Table of Contents
The following framework will help you decide what data must be sent to Amplitude to help you achieve your business and analytics goals.
- Define business goals:
What are your business goals? What about your product do you want to better understand or improve? For example, your goals for this quarter might be improving the product's user acquisition, user retention, and paying user conversion. Once you've decided on your business goals, think about what data or events you require to help achieve those goals.
- Do not track everything immediately:
Track the events that are essential to answering the business goals defined in the previous section. With just your key or high priority events to start, your team will have an easier time understanding and utilizing the data in different ways in Amplitude. A majority of our customers tell us that the most difficult thing to teach new users of an organization is not the Amplitude platform and is instead what the event data means and where in the product it is triggered. If necessary, you can always at any point add more events later.
- Understand how users are identified and tracked in Amplitude:
Before you begin instrumenting your events, it is important that you are properly tracking your users. Read more about the forms of identification in Amplitude and how we determine unique users here.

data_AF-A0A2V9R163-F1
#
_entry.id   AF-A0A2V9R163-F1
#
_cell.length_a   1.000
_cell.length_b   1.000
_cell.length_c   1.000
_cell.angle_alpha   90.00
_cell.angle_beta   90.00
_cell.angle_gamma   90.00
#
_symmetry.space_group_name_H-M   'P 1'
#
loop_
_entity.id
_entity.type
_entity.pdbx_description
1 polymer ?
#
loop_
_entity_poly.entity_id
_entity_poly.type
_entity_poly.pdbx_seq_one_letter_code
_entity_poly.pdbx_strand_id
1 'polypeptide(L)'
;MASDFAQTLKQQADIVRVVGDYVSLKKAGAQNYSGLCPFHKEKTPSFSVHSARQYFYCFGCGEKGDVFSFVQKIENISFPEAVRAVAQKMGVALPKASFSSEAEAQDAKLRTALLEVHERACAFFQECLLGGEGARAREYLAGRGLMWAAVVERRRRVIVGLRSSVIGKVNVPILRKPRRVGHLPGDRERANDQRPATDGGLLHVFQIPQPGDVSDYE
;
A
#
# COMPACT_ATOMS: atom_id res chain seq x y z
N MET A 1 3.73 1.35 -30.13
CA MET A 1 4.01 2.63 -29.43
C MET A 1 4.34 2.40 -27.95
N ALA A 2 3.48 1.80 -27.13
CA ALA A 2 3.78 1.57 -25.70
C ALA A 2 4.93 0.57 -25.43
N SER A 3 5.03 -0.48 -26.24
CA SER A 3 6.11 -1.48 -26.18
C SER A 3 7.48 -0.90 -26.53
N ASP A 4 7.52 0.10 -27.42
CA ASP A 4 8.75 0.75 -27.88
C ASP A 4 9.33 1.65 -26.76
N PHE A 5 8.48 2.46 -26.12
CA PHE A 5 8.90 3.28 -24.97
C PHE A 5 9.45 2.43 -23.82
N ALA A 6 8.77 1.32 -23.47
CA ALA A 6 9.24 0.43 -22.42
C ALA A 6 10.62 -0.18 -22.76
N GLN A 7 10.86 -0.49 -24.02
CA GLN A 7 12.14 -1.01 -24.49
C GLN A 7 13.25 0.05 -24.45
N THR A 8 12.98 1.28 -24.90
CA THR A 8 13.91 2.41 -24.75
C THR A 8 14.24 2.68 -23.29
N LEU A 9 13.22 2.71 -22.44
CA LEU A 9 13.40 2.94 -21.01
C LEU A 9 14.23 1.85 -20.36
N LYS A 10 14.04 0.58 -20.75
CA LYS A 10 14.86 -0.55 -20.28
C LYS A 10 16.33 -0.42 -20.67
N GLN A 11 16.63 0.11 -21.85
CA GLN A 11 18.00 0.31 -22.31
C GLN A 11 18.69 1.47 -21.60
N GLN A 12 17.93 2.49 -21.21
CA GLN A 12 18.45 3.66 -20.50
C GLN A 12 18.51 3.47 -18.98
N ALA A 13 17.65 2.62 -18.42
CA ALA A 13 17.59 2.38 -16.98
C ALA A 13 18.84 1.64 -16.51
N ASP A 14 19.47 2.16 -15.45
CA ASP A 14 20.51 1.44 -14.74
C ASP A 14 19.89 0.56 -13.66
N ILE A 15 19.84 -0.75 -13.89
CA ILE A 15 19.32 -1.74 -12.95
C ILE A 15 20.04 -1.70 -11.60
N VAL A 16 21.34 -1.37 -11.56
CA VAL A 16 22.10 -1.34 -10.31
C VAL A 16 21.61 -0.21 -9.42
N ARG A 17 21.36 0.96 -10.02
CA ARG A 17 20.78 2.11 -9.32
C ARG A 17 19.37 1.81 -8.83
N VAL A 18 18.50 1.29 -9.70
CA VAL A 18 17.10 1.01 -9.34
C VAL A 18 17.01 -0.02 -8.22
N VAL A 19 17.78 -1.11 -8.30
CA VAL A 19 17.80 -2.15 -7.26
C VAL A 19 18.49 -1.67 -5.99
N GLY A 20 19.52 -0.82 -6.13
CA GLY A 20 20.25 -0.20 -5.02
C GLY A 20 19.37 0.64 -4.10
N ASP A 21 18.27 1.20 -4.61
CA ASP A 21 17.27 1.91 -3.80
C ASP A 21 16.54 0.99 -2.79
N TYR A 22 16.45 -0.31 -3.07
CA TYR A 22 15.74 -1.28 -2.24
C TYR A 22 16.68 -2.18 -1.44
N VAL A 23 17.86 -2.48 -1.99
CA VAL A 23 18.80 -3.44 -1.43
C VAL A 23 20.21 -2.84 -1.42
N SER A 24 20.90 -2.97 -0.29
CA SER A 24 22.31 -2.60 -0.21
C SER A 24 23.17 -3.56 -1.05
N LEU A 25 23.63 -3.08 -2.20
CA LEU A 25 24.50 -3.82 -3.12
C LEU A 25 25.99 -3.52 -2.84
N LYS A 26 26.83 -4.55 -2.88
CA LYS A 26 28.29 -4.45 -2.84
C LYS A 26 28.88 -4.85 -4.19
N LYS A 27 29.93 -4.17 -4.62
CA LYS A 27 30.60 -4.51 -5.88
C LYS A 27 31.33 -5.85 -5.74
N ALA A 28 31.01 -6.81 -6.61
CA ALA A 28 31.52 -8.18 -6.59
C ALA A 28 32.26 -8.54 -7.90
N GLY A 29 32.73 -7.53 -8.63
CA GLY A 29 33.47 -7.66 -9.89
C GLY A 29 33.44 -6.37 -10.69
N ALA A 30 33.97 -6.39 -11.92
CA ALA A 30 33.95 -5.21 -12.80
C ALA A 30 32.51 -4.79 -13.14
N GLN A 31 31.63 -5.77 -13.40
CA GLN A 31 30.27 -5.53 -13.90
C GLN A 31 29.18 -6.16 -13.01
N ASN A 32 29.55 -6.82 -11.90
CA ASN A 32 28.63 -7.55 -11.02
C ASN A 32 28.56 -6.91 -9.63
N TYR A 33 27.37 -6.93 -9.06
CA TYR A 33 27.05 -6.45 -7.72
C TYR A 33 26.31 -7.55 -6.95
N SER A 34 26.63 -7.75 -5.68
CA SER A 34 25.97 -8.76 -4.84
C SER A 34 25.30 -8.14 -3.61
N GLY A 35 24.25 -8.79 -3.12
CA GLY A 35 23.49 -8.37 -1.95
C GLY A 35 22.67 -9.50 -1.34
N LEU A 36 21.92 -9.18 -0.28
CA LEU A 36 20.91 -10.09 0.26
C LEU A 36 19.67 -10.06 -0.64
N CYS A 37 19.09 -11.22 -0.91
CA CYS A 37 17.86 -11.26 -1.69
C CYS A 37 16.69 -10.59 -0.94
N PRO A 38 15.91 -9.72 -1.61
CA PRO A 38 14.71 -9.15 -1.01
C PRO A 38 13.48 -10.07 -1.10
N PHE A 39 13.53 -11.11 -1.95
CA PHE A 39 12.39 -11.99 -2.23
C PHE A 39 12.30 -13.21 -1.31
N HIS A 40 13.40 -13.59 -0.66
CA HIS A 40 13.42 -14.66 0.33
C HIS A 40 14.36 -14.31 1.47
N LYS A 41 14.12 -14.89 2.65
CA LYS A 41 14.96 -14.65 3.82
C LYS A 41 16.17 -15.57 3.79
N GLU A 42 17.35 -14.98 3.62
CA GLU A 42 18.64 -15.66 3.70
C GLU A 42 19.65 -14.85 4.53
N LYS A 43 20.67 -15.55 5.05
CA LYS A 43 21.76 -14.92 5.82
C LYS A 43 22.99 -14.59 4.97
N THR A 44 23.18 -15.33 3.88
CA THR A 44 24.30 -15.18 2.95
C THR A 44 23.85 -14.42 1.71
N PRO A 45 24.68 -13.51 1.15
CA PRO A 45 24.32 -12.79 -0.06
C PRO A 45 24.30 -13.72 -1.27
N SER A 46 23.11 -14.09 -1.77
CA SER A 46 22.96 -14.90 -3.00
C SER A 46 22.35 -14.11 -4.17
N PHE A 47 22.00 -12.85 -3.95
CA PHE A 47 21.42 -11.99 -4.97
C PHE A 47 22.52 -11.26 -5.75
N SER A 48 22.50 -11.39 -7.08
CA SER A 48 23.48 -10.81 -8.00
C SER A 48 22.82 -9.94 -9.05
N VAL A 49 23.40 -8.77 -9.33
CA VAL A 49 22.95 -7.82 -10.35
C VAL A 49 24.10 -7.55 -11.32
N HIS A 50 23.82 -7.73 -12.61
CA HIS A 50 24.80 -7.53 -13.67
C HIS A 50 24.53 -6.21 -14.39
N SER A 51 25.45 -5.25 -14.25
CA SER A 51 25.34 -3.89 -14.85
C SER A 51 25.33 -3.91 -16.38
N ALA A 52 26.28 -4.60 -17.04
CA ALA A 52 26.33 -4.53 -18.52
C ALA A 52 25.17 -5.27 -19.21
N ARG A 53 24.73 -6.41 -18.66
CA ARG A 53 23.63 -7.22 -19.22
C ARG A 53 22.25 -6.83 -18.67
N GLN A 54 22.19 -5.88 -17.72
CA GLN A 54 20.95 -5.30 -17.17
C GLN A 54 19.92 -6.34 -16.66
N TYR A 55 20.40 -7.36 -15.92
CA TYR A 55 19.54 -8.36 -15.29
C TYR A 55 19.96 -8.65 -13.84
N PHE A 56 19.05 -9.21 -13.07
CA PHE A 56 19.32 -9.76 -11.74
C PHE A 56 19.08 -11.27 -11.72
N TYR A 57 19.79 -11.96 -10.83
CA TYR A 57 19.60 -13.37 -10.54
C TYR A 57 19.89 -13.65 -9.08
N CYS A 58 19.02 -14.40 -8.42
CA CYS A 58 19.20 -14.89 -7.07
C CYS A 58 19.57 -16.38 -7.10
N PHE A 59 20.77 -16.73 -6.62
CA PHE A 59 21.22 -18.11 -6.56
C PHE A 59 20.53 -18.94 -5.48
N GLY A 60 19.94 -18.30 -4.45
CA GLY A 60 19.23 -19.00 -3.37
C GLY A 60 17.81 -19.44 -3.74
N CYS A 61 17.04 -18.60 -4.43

- Organize events and related properties in a document and keep the names simple:
We recommend having a spreadsheet that lists each event and its associated properties, which might look something like this:
We strongly recommend making event names clear and intuitive. If your team or company does not have a standard naming scheme, then we recommend naming events with the following syntax: verb + noun (e.g. 'clicked signup') or noun + verb (e.g. 'signup clicked'). Check out our Data Taxonomy Playbook for best practices on coming up with your event taxonomy. You can download the above template here:
- Keep test and production data separate:
Make separate Test and Production data projects on Amplitude. Test everything out fully before moving to production.
- Consider instrumenting a cross-platform project:
We recommend combining web and mobile data into the same project if your product is similar across all platforms and the taxonomy is consistent. This will allow you to analyze how users move between different platforms. Different products with distinct taxonomies should be instrumented in separate projects. Evaluate here the pros and cons of combining Android and iOS data or multiple apps to the same Amplitude project.
- Limit event properties and user properties:
There is such a thing as too much information. We recommend that any event should not have more than 20 properties. The same applies for user properties as well. Beyond 20 properties, you are adding properties that you may never measure.
Sending Data to Amplitude
Find specific information on how to send data to Amplitude here:
- Amplitude SDKs: Find our list of SDKs here.
- Amplitude HTTP API: Use our HTTP API to send server-side event data.
- Segment.io: See Segment / Amplitude Integration for more information.
- mParticle: See mParticle / Amplitude Integration for more information.